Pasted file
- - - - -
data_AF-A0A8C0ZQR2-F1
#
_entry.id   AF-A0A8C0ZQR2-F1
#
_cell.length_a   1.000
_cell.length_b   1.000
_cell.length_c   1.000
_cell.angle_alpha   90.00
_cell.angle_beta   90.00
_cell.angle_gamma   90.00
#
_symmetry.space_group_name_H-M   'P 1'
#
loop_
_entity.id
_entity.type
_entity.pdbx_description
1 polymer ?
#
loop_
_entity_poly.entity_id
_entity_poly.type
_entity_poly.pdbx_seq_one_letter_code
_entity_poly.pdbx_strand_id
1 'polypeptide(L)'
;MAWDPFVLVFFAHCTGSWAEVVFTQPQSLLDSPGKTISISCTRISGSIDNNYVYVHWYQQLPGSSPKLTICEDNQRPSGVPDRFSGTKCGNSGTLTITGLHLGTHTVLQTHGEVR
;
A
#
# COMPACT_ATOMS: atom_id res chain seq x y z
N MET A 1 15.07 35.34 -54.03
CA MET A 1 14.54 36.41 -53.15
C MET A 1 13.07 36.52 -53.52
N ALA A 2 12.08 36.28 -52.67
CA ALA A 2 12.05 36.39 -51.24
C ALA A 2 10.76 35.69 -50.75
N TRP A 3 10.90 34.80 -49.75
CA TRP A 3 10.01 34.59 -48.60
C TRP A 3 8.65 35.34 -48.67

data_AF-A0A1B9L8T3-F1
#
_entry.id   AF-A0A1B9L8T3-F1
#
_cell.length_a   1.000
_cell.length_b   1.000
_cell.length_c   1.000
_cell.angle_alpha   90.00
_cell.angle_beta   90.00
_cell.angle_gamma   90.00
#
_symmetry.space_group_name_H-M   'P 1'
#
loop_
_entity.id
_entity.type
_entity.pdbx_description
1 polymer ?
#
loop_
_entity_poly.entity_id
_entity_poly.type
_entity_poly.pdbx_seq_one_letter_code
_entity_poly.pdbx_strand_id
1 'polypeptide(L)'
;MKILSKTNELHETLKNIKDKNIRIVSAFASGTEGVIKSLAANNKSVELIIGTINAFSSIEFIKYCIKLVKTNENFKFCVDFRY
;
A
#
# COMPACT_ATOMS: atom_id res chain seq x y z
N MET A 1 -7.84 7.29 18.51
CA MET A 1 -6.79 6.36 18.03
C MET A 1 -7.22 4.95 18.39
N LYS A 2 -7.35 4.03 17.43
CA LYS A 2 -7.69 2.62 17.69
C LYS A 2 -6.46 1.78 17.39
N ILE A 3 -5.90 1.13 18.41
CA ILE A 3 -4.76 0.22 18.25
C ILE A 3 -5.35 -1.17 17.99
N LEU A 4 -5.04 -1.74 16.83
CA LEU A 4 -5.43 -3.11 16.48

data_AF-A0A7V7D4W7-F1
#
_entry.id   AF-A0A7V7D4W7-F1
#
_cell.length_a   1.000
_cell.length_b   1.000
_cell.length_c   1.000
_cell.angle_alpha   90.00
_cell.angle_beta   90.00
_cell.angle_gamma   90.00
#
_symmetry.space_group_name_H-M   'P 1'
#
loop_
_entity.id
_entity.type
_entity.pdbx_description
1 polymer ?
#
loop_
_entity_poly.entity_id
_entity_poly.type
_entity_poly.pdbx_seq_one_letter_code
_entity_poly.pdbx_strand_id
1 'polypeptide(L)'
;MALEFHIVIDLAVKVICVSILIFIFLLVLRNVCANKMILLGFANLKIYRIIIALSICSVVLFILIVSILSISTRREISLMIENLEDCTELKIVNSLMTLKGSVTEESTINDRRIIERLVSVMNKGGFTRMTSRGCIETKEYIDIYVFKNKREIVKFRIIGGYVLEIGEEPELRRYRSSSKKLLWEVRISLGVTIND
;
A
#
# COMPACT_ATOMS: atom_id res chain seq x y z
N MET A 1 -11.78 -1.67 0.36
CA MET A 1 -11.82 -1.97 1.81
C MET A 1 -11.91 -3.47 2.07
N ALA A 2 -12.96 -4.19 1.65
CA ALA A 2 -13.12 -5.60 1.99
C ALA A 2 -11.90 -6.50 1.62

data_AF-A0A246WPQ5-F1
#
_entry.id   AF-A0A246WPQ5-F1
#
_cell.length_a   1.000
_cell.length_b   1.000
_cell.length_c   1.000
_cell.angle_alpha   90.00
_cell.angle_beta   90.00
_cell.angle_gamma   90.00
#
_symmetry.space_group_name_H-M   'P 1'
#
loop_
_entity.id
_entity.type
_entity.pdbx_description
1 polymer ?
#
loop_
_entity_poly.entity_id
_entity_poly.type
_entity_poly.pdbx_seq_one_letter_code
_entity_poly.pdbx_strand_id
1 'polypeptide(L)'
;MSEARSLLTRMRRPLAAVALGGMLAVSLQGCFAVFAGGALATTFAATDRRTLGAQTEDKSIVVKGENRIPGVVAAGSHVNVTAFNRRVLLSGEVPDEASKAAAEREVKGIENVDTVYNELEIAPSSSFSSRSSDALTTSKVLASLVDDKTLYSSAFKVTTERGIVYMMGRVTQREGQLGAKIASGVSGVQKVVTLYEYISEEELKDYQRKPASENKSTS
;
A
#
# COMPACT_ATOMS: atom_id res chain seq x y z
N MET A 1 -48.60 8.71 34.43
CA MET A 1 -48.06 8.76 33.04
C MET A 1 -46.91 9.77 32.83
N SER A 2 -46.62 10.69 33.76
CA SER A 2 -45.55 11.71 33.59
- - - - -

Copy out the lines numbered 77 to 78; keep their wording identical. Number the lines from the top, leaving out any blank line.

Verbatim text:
CA ILE A 3 -4.76 0.22 18.25
C ILE A 3 -5.35 -1.17 17.99